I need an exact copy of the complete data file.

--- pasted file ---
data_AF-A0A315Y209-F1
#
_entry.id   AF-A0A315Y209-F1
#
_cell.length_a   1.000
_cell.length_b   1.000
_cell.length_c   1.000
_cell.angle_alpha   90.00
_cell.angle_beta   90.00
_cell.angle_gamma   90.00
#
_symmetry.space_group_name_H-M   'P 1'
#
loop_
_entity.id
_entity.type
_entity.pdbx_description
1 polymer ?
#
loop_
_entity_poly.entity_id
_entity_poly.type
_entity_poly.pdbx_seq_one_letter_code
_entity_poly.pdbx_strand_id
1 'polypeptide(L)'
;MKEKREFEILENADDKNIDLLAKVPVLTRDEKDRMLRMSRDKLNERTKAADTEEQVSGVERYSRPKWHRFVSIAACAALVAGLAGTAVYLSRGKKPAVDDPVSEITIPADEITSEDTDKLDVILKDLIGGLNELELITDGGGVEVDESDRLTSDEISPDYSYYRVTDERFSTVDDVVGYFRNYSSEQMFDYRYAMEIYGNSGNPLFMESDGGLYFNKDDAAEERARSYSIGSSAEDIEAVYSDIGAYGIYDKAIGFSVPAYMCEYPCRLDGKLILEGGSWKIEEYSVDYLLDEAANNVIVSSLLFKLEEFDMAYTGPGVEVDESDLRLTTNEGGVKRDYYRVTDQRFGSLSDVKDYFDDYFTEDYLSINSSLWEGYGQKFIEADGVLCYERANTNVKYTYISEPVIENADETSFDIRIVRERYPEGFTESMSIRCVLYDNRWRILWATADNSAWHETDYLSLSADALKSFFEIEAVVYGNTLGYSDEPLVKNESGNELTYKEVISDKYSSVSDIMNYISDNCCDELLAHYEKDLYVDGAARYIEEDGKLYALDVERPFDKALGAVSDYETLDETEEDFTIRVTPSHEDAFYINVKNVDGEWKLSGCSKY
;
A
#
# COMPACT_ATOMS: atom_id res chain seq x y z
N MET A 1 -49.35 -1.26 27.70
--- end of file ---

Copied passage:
data_AF-A0A315Y209-F1
#
_entry.id   AF-A0A315Y209-F1
#
_cell.length_a   1.000
_cell.length_b   1.000
_cell.length_c   1.000
_cell.angle_alpha   90.00
_cell.angle_beta   90.00
_cell.angle_gamma   90.00
#
_symmetry.space_group_name_H-M   'P 1'
#
loop_
_entity.id
_entity.type
_entity.pdbx_description
1 polymer ?
#
loop_
_entity_poly.entity_id
_entity_poly.type
_entity_poly.pdbx_seq_one_letter_code
_entity_poly.pdbx_strand_id
1 'polypeptide(L)'
;MKEKREFEILENADDKNIDLLAKVPVLTRDEKDRMLRMSRDKLNERTKAADTEEQVSGVERYSRPKWHRFVSIAACAALVAGLAGTAVYLSRGKKPAVDDPVSEITIPADEITSEDTDKLDVILKDLIGGLNELELITDGGGVEVDESDRLTSDEISPDYSYYRVTDERFSTVDDVVGYFRNYSSEQMFDYRYAMEIYGNSGNPLFMESDGGLYFNKDDAAEERARSYSIGSSAEDIEAVYSDIGAYGIYDKAIGFSVPAYMCEYPCRLDGKLILEGGSWKIEEYSVDYLLDEAANNVIVSSLLFKLEEFDMAYTGPGVEVDESDLRLTTNEGGVKRDYYRVTDQRFGSLSDVKDYFDDYFTEDYLSINSSLWEGYGQKFIEADGVLCYERANTNVKYTYISEPVIENADETSFDIRIVRERYPEGFTESMSIRCVLYDNRWRILWATADNSAWHETDYLSLSADALKSFFEIEAVVYGNTLGYSDEPLVKNESGNELTYKEVISDKYSSVSDIMNYISDNCCDELLAHYEKDLYVDGAARYIEEDGKLYALDVERPFDKALGAVSDYETLDETEEDFTIRVTPSHEDAFYINVKNVDGEWKLSGCSKY
;
A
#
# COMPACT_ATOMS: atom_id res chain seq x y z
N MET A 1 -49.35 -1.26 27.70